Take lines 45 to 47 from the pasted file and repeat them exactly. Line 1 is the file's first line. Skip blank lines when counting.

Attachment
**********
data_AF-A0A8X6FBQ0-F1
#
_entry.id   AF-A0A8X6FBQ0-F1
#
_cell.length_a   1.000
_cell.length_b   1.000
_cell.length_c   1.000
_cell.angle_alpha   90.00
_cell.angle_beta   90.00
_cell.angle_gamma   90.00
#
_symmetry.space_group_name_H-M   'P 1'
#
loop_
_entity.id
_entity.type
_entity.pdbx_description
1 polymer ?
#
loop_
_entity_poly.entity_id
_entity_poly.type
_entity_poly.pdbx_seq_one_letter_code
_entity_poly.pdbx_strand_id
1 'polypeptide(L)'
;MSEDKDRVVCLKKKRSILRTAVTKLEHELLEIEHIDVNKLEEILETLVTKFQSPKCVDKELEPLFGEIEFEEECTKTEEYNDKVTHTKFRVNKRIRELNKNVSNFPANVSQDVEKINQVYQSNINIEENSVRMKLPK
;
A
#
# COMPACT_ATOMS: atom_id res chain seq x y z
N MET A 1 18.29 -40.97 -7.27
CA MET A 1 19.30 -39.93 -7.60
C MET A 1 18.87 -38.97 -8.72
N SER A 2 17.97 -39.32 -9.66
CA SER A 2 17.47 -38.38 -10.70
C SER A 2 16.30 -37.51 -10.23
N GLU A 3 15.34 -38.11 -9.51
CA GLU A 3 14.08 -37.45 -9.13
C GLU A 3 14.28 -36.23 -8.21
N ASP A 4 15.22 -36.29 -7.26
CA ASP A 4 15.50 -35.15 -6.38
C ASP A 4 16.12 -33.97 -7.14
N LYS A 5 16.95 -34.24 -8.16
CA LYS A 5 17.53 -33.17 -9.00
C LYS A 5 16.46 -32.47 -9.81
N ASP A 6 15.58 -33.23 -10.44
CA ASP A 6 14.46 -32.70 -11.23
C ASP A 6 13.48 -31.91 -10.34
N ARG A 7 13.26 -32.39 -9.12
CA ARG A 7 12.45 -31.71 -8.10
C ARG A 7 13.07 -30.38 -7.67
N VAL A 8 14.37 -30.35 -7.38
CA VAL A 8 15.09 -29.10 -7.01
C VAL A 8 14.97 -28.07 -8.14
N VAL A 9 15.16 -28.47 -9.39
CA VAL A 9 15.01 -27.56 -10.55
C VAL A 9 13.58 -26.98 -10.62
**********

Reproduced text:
C LYS A 5 16.46 -32.47 -9.81
N ASP A 6 15.58 -33.23 -10.44
CA ASP A 6 14.46 -32.70 -11.23